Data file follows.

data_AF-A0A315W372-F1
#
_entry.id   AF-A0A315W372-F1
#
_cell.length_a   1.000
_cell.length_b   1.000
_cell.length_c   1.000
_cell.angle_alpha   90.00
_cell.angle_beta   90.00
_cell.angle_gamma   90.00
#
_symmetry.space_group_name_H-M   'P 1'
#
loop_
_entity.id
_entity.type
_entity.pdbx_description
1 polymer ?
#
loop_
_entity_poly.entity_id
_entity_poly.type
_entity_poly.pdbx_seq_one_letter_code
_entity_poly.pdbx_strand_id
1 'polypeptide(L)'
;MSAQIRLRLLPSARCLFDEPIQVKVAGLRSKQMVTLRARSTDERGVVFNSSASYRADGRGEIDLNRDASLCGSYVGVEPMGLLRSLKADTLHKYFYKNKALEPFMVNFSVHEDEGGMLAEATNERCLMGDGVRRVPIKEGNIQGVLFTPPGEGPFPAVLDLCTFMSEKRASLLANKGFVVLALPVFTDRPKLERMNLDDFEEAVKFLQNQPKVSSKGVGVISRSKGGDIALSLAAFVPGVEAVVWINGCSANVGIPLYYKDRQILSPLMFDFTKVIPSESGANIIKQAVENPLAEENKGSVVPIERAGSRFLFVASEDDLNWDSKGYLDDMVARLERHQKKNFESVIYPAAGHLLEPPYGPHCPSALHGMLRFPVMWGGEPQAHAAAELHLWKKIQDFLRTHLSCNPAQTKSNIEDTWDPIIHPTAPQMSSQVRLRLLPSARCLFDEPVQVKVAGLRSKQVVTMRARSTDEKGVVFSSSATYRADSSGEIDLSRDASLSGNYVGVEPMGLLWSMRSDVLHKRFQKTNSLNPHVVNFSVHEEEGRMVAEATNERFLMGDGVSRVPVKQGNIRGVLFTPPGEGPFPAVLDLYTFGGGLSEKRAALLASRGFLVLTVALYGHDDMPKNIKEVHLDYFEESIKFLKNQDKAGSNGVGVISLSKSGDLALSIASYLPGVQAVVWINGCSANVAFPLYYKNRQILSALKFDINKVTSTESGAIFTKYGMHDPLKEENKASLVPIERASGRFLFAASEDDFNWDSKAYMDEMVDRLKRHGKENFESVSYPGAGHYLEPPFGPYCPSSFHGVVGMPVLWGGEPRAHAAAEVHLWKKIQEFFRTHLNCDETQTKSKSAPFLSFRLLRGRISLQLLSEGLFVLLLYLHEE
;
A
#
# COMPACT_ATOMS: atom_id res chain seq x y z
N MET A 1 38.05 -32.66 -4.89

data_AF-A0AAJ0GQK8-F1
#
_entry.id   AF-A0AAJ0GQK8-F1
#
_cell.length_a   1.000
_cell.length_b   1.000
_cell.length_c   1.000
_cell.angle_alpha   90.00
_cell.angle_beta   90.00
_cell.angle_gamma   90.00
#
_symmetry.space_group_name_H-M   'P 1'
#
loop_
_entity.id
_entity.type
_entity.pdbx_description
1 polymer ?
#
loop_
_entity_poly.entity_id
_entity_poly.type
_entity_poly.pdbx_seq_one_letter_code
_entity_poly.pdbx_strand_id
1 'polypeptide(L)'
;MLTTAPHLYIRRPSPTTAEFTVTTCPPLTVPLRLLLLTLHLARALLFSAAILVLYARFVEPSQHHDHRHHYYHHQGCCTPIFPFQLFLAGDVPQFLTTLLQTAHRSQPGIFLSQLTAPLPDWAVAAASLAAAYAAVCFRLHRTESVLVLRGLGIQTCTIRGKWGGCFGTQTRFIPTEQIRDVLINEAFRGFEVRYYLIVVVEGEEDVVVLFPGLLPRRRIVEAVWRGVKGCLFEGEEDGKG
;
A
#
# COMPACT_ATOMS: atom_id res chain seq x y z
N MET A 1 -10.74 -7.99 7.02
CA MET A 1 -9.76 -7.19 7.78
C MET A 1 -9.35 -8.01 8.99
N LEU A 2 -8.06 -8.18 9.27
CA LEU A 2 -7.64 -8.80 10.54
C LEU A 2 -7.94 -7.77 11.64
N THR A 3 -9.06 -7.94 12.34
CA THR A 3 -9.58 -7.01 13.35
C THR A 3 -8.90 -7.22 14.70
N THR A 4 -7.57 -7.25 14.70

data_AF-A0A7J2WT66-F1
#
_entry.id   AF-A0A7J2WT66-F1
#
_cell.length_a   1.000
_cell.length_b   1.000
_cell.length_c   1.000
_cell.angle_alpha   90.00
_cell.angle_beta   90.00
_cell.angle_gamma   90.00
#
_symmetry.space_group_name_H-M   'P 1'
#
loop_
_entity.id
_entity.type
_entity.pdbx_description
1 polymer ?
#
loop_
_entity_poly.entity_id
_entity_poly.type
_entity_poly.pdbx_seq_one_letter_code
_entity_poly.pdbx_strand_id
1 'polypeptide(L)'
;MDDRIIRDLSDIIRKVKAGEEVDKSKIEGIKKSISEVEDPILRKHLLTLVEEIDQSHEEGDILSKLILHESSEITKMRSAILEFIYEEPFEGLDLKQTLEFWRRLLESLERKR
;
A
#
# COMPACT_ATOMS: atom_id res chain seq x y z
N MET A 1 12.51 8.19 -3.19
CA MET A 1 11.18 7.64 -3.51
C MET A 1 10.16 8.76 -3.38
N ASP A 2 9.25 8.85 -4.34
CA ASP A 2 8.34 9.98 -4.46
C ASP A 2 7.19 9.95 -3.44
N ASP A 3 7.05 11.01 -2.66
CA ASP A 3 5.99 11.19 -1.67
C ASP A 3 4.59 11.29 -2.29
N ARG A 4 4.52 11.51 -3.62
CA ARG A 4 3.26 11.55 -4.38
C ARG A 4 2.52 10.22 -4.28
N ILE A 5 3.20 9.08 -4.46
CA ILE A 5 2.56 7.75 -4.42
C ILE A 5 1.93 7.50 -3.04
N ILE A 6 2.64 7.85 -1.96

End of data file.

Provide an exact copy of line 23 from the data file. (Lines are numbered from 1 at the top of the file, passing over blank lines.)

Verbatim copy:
_entity_poly.pdbx_seq_one_letter_code